What’s Causing Surging Home Sale Cancellation Rates

Potential homeowners across the country are being priced out of buying new homes.

The pandemic and surging inflation in the U.S. have drastically impacted the housing market. Building material costs have skyrocketed, nearly half a million construction jobs need to be filled to meet demand, and a new Redfin report detailed that new home sales are being cancelled at alarming rates.

In June, approximately 60,000 home-purchase agreements in the U.S, or 14.9%, fell through before being finalized, according to Redfin. That rate is up from 12.7% in May and 11.2% in June 2021.

Home cancellations are now at their highest rate since April 2020. Several factors contributed to this sudden spike.

Why are Home Sales Being Cancelled?

Rising mortgage rates and a “slowdown in housing market competition” largely contributed to home contracts falling through, according to Taylor Marr, Redfin’s deputy chief economist.

Marr noted in Redfin’s report that in previous months, homebuyers waived home inspections and appraisals to entice sellers to accept their bid. With lower demand, that’s no longer happening. As a result, Marr says, homebuyers have the “flexibility to call the deal off if issues arise during the homebuying process.”

Higher loan interest rates are also pricing out many potential homebuyers. Homebuyers pre-approved for a certain amount when they went under contract now have to come up with more money, pushing that previously affordable house outside their budget.

In mid-June, 30-year fixed mortgage rates rose to 5.81%, up 2.5 points from the start of 2022 and the highest since November 2008. As explained by TheMortgageReports.com, the increase has major ramifications on mortgage payments.

Their example shows a 30-year fixed-rate loan at three percent on a $400,000 home with a 20 percent down payment, or $80,000, would cost roughly $1,350 per month for principal and interest. A six percent loan for that same home would cost $1,900 a month. That’s a difference of $550 a month.

Most Impacted Regions

While Las Vegas topped the list for U.S. metro areas with the highest cancellation rates, most cities ranking near the top are in the Southeast. Florida cities accounted for four of the top five and nine of the top twelve. Of the top 20 cities, 17 were in Florida, Louisiana, Georgia and Texas.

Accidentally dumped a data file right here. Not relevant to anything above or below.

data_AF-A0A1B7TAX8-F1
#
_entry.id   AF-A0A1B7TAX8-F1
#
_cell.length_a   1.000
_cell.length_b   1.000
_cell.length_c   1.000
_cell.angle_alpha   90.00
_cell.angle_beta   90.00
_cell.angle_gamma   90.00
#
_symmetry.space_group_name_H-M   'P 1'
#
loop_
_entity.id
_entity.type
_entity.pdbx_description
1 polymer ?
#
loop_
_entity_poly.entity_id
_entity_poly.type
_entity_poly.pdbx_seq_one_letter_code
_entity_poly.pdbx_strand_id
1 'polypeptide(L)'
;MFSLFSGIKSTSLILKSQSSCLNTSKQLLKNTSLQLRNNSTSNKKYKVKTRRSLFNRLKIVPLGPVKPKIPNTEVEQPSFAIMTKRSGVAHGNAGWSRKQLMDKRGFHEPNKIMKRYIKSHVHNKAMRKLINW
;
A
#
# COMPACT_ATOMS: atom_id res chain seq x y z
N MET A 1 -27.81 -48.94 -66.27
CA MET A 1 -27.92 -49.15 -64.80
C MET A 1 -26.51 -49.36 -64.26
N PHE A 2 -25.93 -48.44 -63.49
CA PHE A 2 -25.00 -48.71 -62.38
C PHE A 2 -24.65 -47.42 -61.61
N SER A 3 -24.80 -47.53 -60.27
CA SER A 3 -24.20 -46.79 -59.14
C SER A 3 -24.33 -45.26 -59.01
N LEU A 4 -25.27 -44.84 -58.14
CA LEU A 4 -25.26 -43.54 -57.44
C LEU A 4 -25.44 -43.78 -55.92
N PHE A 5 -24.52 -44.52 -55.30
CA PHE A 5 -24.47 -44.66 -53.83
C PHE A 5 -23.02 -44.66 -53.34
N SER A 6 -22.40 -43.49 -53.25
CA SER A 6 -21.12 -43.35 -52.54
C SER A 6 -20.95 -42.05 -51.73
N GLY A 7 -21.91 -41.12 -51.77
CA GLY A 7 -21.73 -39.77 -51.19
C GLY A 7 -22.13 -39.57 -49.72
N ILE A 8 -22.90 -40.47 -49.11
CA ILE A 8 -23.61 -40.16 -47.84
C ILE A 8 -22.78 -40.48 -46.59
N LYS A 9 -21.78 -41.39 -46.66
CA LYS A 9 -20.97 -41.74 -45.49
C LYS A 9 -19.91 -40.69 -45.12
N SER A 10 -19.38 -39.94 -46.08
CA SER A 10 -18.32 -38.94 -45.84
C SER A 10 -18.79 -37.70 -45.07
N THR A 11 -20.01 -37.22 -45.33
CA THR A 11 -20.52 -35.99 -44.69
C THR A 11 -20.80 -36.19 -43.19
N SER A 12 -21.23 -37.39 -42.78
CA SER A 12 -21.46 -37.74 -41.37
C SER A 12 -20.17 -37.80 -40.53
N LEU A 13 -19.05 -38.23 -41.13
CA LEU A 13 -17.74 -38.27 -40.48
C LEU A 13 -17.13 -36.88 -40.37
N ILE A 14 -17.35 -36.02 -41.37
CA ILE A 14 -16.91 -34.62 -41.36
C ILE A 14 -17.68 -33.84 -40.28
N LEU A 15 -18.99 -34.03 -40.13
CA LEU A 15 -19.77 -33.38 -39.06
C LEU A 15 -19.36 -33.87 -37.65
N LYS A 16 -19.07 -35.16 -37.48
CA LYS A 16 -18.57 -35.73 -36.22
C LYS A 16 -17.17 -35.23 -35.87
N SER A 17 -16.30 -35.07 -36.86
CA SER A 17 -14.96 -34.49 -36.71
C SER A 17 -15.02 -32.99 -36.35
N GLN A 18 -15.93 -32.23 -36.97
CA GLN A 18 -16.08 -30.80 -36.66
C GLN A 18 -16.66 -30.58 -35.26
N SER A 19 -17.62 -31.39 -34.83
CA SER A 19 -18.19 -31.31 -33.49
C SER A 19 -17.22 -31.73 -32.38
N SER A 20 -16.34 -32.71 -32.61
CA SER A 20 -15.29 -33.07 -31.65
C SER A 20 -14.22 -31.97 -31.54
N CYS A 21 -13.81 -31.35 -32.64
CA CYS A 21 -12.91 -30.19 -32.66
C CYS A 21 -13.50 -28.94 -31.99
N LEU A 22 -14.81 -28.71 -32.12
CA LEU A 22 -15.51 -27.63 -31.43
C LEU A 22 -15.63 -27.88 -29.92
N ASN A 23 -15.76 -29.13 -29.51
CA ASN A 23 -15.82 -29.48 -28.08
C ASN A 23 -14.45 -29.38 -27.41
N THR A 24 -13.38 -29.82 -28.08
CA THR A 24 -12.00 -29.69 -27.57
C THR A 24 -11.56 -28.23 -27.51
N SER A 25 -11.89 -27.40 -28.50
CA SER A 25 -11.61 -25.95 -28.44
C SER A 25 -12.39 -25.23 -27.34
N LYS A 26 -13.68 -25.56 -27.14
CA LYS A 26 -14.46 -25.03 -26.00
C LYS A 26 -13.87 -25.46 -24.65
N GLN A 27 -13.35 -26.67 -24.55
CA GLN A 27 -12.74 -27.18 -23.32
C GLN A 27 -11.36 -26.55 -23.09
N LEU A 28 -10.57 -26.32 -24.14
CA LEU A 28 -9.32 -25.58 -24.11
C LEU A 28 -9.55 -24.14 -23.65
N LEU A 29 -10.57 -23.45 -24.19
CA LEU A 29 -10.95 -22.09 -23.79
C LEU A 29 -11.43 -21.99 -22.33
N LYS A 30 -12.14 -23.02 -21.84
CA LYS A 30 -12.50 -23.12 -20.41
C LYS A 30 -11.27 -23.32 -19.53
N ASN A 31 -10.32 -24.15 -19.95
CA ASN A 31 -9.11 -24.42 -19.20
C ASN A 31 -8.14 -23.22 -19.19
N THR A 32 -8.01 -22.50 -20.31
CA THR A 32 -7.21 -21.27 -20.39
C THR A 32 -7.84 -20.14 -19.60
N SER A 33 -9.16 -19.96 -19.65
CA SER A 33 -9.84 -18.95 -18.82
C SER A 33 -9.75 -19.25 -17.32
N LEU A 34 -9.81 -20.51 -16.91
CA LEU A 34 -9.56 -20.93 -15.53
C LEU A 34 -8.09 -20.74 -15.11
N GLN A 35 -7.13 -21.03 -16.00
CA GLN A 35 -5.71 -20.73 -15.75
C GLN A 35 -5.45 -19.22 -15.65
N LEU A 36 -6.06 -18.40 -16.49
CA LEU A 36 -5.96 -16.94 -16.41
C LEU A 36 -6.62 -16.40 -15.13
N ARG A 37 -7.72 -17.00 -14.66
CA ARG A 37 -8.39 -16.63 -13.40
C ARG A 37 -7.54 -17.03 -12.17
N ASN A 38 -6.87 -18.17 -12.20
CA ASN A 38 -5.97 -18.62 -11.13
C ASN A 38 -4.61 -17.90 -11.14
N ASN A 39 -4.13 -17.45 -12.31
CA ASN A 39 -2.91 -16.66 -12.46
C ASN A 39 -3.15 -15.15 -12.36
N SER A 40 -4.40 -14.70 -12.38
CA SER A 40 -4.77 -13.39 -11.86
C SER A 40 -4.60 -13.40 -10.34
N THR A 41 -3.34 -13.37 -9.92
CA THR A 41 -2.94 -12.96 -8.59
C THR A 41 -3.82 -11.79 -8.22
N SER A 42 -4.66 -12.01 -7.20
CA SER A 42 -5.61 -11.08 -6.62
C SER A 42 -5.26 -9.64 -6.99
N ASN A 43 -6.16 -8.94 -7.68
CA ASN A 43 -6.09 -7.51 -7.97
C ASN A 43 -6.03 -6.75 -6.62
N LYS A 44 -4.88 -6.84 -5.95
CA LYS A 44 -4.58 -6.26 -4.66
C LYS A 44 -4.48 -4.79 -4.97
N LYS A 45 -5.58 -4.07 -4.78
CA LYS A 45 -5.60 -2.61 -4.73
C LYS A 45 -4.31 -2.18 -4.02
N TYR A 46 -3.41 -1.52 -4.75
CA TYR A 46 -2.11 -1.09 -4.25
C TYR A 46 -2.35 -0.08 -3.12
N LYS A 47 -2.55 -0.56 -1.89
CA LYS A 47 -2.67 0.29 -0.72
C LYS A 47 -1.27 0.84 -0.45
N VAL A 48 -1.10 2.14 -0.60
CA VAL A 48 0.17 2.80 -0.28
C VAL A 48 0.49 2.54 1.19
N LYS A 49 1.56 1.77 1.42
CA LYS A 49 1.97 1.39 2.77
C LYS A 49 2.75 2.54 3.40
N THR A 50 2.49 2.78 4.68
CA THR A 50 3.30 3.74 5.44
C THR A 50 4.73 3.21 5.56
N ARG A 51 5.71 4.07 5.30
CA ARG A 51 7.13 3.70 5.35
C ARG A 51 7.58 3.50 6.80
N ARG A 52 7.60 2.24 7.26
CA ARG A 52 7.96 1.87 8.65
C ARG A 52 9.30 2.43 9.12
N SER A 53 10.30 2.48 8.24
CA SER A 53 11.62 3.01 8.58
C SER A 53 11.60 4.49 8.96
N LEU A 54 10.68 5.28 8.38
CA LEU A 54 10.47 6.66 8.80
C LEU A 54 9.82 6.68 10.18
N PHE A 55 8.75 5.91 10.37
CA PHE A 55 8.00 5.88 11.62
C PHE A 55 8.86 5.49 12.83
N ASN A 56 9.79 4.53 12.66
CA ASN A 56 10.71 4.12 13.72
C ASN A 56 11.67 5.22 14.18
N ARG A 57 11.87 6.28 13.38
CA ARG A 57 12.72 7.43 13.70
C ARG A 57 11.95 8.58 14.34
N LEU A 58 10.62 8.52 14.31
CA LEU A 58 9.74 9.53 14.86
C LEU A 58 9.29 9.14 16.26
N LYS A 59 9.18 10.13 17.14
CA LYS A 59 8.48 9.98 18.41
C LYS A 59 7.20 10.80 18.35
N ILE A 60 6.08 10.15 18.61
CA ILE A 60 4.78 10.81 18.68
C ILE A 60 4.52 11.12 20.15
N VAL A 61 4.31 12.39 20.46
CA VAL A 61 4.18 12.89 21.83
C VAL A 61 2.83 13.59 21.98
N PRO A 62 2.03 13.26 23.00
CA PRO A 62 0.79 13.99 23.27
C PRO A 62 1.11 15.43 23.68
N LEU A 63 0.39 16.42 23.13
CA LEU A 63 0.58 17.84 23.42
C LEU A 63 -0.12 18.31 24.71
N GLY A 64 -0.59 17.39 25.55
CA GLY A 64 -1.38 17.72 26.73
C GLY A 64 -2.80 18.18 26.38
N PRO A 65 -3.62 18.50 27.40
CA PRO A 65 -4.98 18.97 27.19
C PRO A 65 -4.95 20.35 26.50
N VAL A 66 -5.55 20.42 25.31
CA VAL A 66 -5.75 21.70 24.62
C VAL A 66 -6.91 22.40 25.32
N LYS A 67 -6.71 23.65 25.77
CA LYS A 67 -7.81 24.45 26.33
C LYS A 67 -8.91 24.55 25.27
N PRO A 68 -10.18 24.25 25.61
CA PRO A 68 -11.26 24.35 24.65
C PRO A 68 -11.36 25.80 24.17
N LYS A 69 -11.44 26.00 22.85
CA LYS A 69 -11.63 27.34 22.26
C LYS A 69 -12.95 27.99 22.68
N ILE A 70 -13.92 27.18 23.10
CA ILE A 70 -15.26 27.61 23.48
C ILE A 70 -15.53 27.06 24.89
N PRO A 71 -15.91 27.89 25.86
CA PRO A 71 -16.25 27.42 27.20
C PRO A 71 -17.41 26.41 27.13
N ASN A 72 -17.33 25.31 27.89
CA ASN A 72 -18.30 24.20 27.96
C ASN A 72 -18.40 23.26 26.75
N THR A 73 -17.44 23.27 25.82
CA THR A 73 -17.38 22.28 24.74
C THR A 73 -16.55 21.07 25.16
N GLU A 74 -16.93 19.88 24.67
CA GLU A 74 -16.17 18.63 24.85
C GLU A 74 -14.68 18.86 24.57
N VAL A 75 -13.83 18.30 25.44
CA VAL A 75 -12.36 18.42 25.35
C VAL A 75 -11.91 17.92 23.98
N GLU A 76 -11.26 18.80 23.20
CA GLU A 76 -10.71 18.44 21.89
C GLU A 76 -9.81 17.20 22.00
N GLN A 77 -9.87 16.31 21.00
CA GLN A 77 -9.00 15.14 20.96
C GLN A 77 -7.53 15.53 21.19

The cities with the highest cancelation rates, according to Redfin.

  1. Las Vegas  27.2%;
  2. Lakeland, FL  26.7%;
  3. Cape Coral, FL 25.7%;
  4. Port St. Lucie, FL 25.7%;
  5. Jacksonville, FL  25.3%;
  6. New Orleans 25.3%;
  7. Palm Bay, FL  24.9%;
  8. Orlando, FL  24.5%;
  9. Phoenix  24.5%;
  10. Crestview, FL 23.5%.

Homeowner’s insurance cancellations and rising rates also contributed to the issues in the Southeast. On June 29, FedNat Insurance Co. canceled 68,200 homeowners’ policies in Florida alone after years of the Sunshine State being battered by hurricanes, according to E&E News.

FedNat’s cancellations are part of a larger issue for Southern homeowners with insurance rates and premiums roughly three times higher than the national average, according to Tampa Bay’s ABC News affiliate. Rising rates have made monthly mortgage payments unattainable for previously approved new homeowners.

Least Impacted Regions

Conversely, the Northeast had the lowest cancellation rates. Newark, New Jersey, and Rochester, New York, ranked first and second, respectively, with rates of 2.6% and 4.6%. Seven of the top 10 cities with the lowest cancellation rates are in New Jersey, New York or Pennsylvania.

The cities with the lowest cancelation rates, according to Redfin:

  1. Newark, N.J. 2.6%;
  2. Rochester, N.Y. 4.6%;
  3. Omaha, NE  5.3%;
  4. San Francisco  5.5%.
  5. Nassau County, N.Y. 5.5%;
  6. Montgomery County, PA  6.0%;
  7. Allentown, PA  6.4%;
  8. Buffalo, N.Y. 6.7%;
  9. New York City 6.8%;
  10. Raleigh, N.C.  7.0%.

Redfin’s complete rankings can be found here.

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Alex Shoemaker
Alex is an avid DIYer but had little experience before purchasing his first home in 2019. A Family Handyman subscription was one of his first purchases after becoming a homeowner, and he's been hooked ever since. When he’s not working, he can be found fixing up his 1940s Florida home or relaxing on the beach with his family.